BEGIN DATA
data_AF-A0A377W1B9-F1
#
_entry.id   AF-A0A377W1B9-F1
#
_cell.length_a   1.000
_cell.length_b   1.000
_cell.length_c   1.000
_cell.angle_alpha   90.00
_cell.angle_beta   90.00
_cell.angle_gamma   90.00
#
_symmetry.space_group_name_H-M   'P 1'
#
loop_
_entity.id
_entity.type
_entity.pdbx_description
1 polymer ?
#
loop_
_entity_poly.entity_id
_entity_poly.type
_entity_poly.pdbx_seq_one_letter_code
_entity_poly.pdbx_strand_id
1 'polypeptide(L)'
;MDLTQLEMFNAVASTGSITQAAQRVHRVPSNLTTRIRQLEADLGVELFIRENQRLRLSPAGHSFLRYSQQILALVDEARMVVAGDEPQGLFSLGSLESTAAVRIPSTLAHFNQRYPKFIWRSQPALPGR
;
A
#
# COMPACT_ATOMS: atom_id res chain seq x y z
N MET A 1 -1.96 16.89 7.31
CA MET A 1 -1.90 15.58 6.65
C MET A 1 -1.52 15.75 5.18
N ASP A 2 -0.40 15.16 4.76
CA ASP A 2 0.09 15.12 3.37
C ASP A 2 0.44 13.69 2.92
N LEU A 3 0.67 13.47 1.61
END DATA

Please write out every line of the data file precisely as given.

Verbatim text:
data_AF-A0A377W1B9-F1
#
_entry.id   AF-A0A377W1B9-F1
#
_cell.length_a   1.000
_cell.length_b   1.000
_cell.length_c   1.000
_cell.angle_alpha   90.00
_cell.angle_beta   90.00
_cell.angle_gamma   90.00
#
_symmetry.space_group_name_H-M   'P 1'
#
loop_
_entity.id
_entity.type
_entity.pdbx_description
1 polymer ?
#
loop_
_entity_poly.entity_id
_entity_poly.type
_entity_poly.pdbx_seq_one_letter_code
_entity_poly.pdbx_strand_id
1 'polypeptide(L)'
;MDLTQLEMFNAVASTGSITQAAQRVHRVPSNLTTRIRQLEADLGVELFIRENQRLRLSPAGHSFLRYSQQILALVDEARMVVAGDEPQGLFSLGSLESTAAVRIPSTLAHFNQRYPKFIWRSQPALPGR
;
A
#
# COMPACT_ATOMS: atom_id res chain seq x y z
N MET A 1 -1.96 16.89 7.31
CA MET A 1 -1.90 15.58 6.65
C MET A 1 -1.52 15.75 5.18
N ASP A 2 -0.40 15.16 4.76
CA ASP A 2 0.09 15.12 3.37
C ASP A 2 0.44 13.69 2.92
N LEU A 3 0.67 13.47 1.61